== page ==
2. Freewriting: This is an interesting tool to use because as a writer you can safely “take the gloves off” and write freely for five or ten minutes in any style or manner of your choosing. I’ve found real gems by freewriting. This is a quick and easy way to stir up the sediment floating at the bottom of your subconscious mind.
  3. Questioning: This is a valuable skill to use no matter what. Getting into the habit of asking hard questions about your story elements can quickly clarify where you want your story to go and how to get it there. Throughout my writing process, I do this to refine my ideas for my stories.
  4. Making lists: Great way to clarify and find depth to what you already know you want to write. The benefit for me is that I can do this anywhere. I’ve often found myself making lists on napkins at restaurants.
  5. Preparing a scratch outline: Outlining has always been suggested in any kind of writing project, especially when working with multiple plots and characters. I use them all the time for this reason. Scratch outlines also help keep your ideas in logical, sequential order.
  6. Building an idea board: An idea board works much like a scratch outline, but it gives me a chance to move and think as I put my board together. Once I’m done, it gives me a chance to look at what I have and contemplate where I want to go with my story. Both idea boards and scratch outlines help me prioritize ideas and keep them in hierarchical order.

Bestselling novelist Elaine Calloway has a blog that can be useful for writers off any level.  I suggest you check it out.  And while you’re there, take a look at her novels.  They are fun and engrossing.  The day I started No Grits, No Glory, I became an instant fan.   I think you will too.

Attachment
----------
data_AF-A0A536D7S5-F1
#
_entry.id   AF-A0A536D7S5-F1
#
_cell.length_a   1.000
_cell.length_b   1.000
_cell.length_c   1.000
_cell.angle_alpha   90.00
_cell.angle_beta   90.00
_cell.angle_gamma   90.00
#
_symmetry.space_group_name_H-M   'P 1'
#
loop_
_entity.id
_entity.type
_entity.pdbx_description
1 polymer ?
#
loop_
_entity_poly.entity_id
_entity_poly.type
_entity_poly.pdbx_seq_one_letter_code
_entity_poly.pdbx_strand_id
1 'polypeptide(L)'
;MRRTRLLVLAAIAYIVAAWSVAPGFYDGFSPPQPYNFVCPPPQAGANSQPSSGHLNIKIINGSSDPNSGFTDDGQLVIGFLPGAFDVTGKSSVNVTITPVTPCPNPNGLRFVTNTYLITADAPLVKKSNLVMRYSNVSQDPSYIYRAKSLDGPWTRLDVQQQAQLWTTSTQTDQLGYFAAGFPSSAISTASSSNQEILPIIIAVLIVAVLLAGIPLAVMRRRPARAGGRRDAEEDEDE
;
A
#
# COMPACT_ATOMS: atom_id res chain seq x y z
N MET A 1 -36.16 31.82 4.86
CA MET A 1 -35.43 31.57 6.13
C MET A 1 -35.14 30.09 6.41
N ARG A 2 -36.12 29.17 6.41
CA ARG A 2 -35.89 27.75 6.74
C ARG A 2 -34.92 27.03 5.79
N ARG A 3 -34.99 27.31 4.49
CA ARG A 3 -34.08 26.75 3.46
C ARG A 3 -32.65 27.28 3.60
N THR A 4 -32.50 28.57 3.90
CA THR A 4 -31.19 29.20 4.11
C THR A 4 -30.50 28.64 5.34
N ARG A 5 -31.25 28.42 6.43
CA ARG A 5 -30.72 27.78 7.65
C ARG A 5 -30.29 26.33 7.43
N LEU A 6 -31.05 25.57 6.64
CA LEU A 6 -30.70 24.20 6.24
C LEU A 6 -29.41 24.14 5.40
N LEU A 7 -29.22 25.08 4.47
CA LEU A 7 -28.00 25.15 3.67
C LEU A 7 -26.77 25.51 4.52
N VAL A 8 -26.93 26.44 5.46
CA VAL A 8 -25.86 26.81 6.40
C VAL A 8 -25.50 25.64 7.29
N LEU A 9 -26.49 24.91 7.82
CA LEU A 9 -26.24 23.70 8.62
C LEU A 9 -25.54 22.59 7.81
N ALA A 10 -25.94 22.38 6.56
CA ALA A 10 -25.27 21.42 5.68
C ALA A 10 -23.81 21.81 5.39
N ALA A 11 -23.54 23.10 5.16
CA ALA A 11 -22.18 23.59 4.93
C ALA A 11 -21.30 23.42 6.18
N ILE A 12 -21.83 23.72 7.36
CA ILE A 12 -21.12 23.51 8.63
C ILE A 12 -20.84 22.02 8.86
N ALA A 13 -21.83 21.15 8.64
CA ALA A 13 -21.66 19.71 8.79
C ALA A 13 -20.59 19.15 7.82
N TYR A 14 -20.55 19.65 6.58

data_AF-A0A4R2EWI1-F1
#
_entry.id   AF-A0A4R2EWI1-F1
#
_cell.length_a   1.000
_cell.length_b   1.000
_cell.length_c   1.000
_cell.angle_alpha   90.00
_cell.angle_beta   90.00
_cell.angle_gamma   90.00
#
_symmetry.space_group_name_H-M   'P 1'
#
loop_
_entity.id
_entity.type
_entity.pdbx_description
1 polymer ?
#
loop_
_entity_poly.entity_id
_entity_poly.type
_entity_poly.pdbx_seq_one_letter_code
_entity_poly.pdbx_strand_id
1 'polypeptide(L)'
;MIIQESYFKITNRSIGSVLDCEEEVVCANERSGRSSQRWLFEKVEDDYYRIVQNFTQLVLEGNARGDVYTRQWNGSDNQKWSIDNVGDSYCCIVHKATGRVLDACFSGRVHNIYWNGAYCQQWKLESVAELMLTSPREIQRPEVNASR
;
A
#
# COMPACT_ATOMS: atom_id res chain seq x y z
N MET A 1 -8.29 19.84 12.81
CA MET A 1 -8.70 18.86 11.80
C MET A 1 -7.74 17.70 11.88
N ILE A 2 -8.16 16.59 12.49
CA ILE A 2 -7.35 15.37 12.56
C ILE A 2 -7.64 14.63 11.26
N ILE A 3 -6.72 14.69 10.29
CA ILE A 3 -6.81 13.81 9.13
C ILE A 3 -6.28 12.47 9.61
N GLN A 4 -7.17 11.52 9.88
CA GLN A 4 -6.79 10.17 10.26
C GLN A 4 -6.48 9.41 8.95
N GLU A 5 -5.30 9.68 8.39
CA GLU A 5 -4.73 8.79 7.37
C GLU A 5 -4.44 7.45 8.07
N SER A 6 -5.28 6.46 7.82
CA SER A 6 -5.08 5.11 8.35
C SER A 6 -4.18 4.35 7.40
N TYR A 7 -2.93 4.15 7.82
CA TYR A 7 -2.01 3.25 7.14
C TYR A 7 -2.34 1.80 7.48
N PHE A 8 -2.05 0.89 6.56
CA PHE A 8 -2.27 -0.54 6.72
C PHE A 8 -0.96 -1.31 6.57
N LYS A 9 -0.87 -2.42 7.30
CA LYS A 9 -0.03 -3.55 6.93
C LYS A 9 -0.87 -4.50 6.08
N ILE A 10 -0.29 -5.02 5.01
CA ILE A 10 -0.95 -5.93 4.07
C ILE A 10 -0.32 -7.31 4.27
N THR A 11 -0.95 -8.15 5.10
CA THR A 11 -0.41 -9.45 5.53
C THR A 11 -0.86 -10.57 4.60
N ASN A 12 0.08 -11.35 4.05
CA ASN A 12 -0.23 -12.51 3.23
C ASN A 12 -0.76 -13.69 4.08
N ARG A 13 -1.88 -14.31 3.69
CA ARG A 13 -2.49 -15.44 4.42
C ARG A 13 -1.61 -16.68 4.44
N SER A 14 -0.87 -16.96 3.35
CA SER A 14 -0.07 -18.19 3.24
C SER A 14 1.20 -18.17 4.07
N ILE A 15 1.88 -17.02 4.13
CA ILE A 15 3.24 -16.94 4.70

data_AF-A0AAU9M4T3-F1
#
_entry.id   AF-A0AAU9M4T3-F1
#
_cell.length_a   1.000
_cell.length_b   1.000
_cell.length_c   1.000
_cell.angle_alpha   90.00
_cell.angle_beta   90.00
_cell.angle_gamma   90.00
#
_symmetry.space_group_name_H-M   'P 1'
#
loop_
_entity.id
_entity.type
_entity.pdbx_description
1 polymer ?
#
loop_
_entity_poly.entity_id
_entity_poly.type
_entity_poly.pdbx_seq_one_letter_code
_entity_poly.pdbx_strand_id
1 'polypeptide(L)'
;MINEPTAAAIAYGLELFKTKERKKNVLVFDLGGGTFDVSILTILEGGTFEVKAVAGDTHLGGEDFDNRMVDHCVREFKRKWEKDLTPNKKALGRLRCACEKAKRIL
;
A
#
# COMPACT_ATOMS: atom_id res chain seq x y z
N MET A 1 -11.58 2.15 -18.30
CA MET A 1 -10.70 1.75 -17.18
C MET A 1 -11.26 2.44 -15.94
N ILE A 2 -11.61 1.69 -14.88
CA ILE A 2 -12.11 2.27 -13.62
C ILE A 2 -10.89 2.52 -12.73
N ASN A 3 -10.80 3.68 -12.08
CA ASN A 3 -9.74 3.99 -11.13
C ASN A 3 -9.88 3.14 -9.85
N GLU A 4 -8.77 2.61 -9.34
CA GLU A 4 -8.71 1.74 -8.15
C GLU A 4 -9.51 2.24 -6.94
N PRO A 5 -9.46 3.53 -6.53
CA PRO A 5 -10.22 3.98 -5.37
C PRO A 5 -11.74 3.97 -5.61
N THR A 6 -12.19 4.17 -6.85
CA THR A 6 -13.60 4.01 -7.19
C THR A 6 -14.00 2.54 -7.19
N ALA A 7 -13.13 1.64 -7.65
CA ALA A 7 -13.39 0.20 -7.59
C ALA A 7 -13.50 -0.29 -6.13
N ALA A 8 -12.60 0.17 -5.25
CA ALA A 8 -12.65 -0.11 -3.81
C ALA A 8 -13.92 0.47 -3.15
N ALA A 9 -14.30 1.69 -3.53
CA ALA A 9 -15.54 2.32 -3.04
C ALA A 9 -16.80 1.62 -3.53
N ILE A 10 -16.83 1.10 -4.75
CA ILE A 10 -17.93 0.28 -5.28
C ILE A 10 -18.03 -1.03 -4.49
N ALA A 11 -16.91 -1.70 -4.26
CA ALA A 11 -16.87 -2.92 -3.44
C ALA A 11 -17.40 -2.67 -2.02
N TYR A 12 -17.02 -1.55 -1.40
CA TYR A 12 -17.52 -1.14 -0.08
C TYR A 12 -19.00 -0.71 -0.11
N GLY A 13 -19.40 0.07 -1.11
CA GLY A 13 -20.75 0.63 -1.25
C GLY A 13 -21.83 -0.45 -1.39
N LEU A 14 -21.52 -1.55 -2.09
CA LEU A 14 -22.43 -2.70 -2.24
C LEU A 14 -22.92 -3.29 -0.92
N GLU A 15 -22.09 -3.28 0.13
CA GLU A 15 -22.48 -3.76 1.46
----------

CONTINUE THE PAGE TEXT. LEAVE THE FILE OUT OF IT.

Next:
You can find her blog at:


Prewriting Part 1

For today’s post, I want to talk to you about the writing process, because if you are here, you either like my writing and want to know more, or you are interested in improving your own technique.

If you are thinking about writing a book, or if you are thinking about writing a term paper, the first step in the process is what we call the Prewriting Phase.

This deceptively simple term can be anything but.

In fact, this is where most writers from students to professionals get bogged down. Minds rebel when people become frustrated, don’t they?  No sooner do they sit down to write than they often begin to fidget.  I know that happens to everybody.


This happens to all of us.

We start to look for other things to occupy our attentions.  The temptation to turn to the Internet grows large. Facebook calls you. Within the space of twenty minutes you’ve gone from on task to fifteen likes, four cute animal videos, and you’ve unfriended your ex because you just found out they’re in a wonderful new relationship.

So stay off the Facebook.

You’re supposed to be bogged down. Be jealous later.